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dadoes

ÃÂ
4 (level) tablespoons = 1/4 cup (standard 8 oz. measuring cup).

Ultra Tide HE powder ... Line 1 on the included scoop measures right at 1/4 cup.

    Bookmark   March 3, 2014 at 12:07PM
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phrog

At most I'm using 1/8 cup, too little for me to measure in the included scoop. I stole a tablespoon from the kitchen for the purpose.

    Bookmark   March 3, 2014 at 1:41PM
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dadoes

Clothing that's not "dirty," only needs refreshing, likely will do OK. There may not be sufficient concentration of enzymes and other cleaning agents to deal with heavier soiling, stains, and/or large loads. Your experience with the results over a longer time is your best guide.

    Bookmark   March 3, 2014 at 3:20PM
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liriodendron

When I specify one tablespoon, I mean one level tablespoon, the same as i would for a cooking recipe.

When I use pre-wash, I add another half a detergent dose to the prewash product slot as my machines (Mieles and Askos) do a complete drain of the pre-wash water before adding the water for the main wash. They don't do a full extracting spin however, so I expect at least some of the pre-wash detergent dose remains in the fabrics.

Currently I use a little plastic scoop (can't remember where it came from) that's a scootch more than one and a half tablespoons. I used a measured tablespoon, for years, but when I started a newer box of Cheer powder, i found I needed to add more (50% more! though still a tiny quantity) to get the same results. It takes me a couple of years to go through a giant box of Cheer, so when this one is finally done, I will recheck the dosing as perhaps this box is somehow faulty and I can go back to my regular dosing.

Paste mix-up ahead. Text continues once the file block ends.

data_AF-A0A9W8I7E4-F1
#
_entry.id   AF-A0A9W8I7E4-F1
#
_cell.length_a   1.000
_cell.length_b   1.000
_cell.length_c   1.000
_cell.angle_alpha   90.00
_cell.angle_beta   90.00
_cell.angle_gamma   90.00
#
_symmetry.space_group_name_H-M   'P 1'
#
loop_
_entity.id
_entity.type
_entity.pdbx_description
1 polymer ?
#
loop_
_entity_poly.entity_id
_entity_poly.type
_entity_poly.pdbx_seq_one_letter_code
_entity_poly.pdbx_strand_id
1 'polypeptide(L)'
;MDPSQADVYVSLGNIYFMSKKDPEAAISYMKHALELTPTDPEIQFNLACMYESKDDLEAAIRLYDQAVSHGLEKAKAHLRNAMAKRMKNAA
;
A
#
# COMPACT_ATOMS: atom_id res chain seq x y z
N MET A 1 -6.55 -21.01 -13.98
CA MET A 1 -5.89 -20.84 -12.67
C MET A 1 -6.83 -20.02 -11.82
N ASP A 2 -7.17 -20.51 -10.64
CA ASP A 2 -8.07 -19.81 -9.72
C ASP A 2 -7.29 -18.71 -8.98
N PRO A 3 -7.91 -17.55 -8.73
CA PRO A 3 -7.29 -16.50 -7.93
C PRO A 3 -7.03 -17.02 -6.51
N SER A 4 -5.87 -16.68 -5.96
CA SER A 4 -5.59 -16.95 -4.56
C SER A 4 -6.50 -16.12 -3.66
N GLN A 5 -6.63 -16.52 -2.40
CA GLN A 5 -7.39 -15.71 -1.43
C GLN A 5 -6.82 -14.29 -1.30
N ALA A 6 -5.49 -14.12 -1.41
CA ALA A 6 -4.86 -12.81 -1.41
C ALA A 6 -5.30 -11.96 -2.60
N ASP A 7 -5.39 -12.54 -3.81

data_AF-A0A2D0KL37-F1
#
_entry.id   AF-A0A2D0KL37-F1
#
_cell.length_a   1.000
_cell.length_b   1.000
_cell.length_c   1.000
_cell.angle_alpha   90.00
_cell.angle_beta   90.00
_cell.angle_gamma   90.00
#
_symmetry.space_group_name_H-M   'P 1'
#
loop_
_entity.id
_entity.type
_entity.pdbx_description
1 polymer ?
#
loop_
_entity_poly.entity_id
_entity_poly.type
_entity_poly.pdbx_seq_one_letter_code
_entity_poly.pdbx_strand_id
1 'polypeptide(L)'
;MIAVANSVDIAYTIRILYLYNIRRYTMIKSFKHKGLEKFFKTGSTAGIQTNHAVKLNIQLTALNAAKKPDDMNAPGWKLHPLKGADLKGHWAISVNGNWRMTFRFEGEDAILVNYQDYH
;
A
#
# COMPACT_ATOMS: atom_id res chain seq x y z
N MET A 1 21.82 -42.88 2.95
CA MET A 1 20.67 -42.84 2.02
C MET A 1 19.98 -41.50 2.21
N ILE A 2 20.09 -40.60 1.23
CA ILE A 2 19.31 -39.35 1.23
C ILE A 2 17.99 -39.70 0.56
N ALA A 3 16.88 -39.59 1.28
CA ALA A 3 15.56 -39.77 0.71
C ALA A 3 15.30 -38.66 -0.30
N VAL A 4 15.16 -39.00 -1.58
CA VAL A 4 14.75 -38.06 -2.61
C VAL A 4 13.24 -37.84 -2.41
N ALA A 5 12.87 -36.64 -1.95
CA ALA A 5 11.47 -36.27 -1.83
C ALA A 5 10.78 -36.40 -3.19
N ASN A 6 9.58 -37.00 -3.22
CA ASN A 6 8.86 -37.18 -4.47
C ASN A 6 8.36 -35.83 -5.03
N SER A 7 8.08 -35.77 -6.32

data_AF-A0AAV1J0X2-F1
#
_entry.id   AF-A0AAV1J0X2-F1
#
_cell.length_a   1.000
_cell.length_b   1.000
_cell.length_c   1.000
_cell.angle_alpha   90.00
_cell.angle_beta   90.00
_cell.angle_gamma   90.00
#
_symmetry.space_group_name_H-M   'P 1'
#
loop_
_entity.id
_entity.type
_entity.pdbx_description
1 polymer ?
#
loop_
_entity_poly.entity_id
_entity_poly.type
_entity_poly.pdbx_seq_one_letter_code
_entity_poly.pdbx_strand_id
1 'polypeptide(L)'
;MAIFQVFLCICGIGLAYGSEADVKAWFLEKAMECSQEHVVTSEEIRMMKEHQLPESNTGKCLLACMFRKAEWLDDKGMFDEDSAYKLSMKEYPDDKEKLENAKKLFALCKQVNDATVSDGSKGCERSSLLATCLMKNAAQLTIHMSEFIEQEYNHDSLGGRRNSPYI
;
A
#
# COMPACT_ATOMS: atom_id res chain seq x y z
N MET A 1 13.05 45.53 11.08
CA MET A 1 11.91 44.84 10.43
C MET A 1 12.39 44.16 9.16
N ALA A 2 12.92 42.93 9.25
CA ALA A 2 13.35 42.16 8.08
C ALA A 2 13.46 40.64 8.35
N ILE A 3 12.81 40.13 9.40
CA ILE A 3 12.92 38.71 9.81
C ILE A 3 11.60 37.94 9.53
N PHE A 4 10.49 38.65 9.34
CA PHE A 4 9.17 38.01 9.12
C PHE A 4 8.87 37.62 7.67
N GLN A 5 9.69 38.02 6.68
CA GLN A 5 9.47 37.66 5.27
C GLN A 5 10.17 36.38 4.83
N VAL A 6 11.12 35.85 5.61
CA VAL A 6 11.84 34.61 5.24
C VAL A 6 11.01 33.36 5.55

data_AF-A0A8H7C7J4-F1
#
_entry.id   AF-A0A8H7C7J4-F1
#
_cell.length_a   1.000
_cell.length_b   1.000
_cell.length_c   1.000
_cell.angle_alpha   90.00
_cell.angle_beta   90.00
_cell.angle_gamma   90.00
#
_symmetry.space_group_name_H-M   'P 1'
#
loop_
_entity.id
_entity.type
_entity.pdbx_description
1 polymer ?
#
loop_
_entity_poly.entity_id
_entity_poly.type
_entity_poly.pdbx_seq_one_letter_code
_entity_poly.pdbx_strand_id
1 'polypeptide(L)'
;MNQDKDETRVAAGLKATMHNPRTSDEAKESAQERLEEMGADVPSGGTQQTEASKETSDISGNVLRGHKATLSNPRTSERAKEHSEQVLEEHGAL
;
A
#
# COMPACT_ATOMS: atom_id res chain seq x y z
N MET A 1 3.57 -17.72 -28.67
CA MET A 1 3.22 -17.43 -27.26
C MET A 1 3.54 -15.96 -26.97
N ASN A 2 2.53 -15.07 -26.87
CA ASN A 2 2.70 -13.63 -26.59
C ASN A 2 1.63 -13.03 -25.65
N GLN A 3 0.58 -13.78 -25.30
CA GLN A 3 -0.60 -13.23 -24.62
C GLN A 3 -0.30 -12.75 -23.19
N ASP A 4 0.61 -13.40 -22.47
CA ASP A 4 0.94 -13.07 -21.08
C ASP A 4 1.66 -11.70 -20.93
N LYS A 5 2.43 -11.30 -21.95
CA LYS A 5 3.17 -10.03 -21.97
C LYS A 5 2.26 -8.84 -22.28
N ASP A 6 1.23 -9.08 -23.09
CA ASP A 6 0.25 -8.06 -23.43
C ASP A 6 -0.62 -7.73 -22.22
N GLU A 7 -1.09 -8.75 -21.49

Whatever you do, settle on a set amount, which perferably completely fills a scoop of some size so you can just scoop and dump, while still maintaining the chosen dosing rate. It's one thing to consciously add a bit more for especially soiled items (think garden dirt on the knees of your jeans), but for most loads I think you'll have the least trouble and best results with a standard dose, whatever you decide it is for your water, machine and typical soil loads.

L.

    Bookmark   March 4, 2014 at 1:27AM
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stephenbrown2

a cold pre wash is the very best thing to remove blood and other protein stains.....additionally, I have found it is absolutely the best thing ever to keep deodorant stains off of white t-shirts (which I can't stand).......at least this has been my experience.....

    Bookmark   March 6, 2014 at 11:55AM
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phrog

The standard "dirt" in our laundry is what you'd get on clothes from working at a desk, commuting, shopping, etc. No gardening or rolling in the mud. And our house has a water softener. So probably a minimal dose of detergent is enough.

    Bookmark   March 6, 2014 at 1:40PM